Finnegan On Films: Kerry Scenery Among The Stars Of ‘Joyride’

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Our movie guy, James Finnegan, gives his verdict on Joyride, the film shot in Kerry last summer which is now on general release…

I love odd couple, buddy stories with a feel good factor, a strong charisma between the cast and a script that has some humour as well as drama, together with quality performances, a good soundtrack, and cinematography collated by sensitive direction.

Joyride has these qualities in abundance with an additional factor.  It was conceived, written and filmed here in Tralee and other Kerry locations, written by local talent Ailbhe Keogan and directed by Emer Reynolds.

In the interests of full disclosure, I know and have worked with Ailbhe, and Emer directed one of my favourite ever documentaries, the award winning ‘The Farthest’.

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The premise of the film is that Joy (Olivia Colman) is a solicitor, approaching middle age, who gives birth after an unplanned pregnancy.  She plans to give the baby to her sister for adoption before heading to Lanzarote.

She and baby are sitting in the back of a taxi when it is hijacked by Mully (Charlie Reid) a 13 year old.  He has the cash proceeds of a benefit night for the hospice that cared for his mother before her passing, stolen by his father.

Olivia Colman (Joy) and Charlie Reid (Mully) in Joyride which is now on general release.

So these disparate characters are off on the road together, chased by Mully’s dad and the Gardai.

The taxi is abandoned, another car is stolen and they need to hitch a lift on a truck with a poignant festival character head.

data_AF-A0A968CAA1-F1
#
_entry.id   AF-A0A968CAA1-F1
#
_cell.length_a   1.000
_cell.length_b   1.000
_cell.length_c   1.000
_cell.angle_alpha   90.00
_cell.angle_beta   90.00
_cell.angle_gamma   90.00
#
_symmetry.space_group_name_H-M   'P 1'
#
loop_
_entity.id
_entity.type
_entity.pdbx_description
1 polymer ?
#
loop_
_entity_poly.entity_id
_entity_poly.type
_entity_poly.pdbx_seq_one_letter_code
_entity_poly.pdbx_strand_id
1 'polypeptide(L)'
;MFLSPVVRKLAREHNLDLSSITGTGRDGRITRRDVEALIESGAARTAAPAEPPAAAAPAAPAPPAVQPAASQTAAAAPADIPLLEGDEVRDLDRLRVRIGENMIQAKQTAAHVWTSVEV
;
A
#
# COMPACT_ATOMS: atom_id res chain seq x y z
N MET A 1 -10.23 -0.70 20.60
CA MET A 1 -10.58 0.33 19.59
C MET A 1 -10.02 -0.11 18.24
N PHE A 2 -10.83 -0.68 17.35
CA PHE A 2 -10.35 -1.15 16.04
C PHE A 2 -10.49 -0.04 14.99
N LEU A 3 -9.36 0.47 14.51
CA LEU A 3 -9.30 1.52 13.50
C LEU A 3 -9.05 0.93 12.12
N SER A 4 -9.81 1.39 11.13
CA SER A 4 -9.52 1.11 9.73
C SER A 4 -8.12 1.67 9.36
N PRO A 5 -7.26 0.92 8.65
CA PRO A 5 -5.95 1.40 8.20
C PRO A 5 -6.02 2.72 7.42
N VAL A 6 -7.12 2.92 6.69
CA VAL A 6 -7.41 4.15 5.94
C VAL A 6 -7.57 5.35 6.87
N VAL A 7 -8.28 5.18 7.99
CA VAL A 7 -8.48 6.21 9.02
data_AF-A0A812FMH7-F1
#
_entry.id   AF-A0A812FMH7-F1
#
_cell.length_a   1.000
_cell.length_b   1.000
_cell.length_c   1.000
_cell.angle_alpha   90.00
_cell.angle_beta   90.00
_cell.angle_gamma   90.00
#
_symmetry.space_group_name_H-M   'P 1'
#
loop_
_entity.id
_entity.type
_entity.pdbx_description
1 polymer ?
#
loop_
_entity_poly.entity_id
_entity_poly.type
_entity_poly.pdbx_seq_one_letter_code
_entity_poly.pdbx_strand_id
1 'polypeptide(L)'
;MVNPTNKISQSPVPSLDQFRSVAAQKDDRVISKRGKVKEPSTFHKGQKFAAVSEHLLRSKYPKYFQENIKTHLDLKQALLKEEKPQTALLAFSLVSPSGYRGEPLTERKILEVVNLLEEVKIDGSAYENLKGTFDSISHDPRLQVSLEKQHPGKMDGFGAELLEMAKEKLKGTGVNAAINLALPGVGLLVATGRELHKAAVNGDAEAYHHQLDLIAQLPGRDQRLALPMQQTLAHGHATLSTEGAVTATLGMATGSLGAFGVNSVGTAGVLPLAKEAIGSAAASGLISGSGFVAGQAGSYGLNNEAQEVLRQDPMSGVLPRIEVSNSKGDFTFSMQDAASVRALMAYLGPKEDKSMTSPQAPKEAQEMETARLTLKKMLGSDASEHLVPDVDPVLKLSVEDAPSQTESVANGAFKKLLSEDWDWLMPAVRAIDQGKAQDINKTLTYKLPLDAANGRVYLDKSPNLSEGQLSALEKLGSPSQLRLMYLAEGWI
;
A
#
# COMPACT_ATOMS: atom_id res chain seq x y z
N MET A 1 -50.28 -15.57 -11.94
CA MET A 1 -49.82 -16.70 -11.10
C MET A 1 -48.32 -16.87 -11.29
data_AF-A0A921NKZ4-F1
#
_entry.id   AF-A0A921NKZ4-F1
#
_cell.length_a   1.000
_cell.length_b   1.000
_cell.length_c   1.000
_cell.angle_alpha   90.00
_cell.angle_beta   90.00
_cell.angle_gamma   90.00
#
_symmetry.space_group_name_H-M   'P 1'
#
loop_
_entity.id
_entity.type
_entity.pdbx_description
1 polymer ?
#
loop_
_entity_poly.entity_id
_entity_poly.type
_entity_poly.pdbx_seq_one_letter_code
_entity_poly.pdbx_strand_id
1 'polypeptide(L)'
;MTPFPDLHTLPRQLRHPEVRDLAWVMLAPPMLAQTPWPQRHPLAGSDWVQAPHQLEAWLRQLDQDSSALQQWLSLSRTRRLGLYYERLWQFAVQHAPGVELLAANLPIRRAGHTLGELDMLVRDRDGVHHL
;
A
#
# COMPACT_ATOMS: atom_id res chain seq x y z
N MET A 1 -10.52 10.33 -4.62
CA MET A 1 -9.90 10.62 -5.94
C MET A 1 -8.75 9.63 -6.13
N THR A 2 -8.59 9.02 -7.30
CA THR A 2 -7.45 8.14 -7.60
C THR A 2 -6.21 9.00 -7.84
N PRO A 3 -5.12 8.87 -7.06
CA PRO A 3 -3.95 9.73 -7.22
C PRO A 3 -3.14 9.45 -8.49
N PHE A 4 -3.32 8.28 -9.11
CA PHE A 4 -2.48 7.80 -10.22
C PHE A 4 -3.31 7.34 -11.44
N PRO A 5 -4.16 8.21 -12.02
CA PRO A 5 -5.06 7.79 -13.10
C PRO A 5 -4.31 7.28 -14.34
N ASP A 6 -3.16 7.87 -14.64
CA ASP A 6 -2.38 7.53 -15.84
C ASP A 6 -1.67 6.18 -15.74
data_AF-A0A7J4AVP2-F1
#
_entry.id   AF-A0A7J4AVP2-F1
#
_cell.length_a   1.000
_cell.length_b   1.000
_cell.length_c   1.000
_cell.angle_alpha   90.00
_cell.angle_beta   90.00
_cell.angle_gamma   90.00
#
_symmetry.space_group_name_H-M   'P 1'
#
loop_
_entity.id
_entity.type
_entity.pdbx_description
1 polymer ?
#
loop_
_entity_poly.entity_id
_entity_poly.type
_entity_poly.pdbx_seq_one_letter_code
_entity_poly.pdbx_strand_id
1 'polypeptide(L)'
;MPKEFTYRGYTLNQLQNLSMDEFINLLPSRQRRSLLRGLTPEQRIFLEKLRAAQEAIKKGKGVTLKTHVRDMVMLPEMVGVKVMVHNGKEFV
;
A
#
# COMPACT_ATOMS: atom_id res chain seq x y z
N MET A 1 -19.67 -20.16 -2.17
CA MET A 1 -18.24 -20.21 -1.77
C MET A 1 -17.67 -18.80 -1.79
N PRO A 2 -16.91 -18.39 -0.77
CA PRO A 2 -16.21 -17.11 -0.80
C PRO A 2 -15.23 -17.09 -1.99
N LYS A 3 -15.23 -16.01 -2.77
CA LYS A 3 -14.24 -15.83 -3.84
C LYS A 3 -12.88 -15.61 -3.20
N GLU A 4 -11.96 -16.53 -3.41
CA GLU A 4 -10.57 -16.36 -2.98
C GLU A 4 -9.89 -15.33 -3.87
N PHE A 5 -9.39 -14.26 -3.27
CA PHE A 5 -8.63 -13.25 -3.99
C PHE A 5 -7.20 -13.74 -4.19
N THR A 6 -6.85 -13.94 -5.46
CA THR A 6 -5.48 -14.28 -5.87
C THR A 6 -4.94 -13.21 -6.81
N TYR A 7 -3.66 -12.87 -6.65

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Mully’s life experience assists in feeding the baby and there are nods towards folklore with a robin – all in all everything you would expect from a road film, especially one filmed in this county.

The cinematography from James Mather is spectacular, showing the Kerry colours and scenery that we perhaps take too much for granted, and that Bord Failte could use to promote the county.

There are also local landmarks that are viewed with slightly changed perspective that only come from a fresh and different perspective, the glamour of showbiz and the cinema camera lens.

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There is a lovely score from Ray Harman that adds to the enjoyment of the film.

I bow to no one in my admiration of Olivia Colman as an actress and a person.  I had the privilege of working with her a few years back and there is no one with her range of comedy and drama.

She is a consummate professional at the top of her game, and her commitment to this project is a great compliment to her, the director and the writer.

The second high point is the performance of Charlie Reid as Mully.  The chemistry between him and an established multi-award winner is heart warming and spectacular given the difference in experience.  I look forward to future performances from this gifted young man.

The third high point is seeing people and places I know so well up on the big screen.  Congratulations to those who took part in this production.   I hope their experience enhances their appreciation of what goes on behind the scenes of a large scale production.

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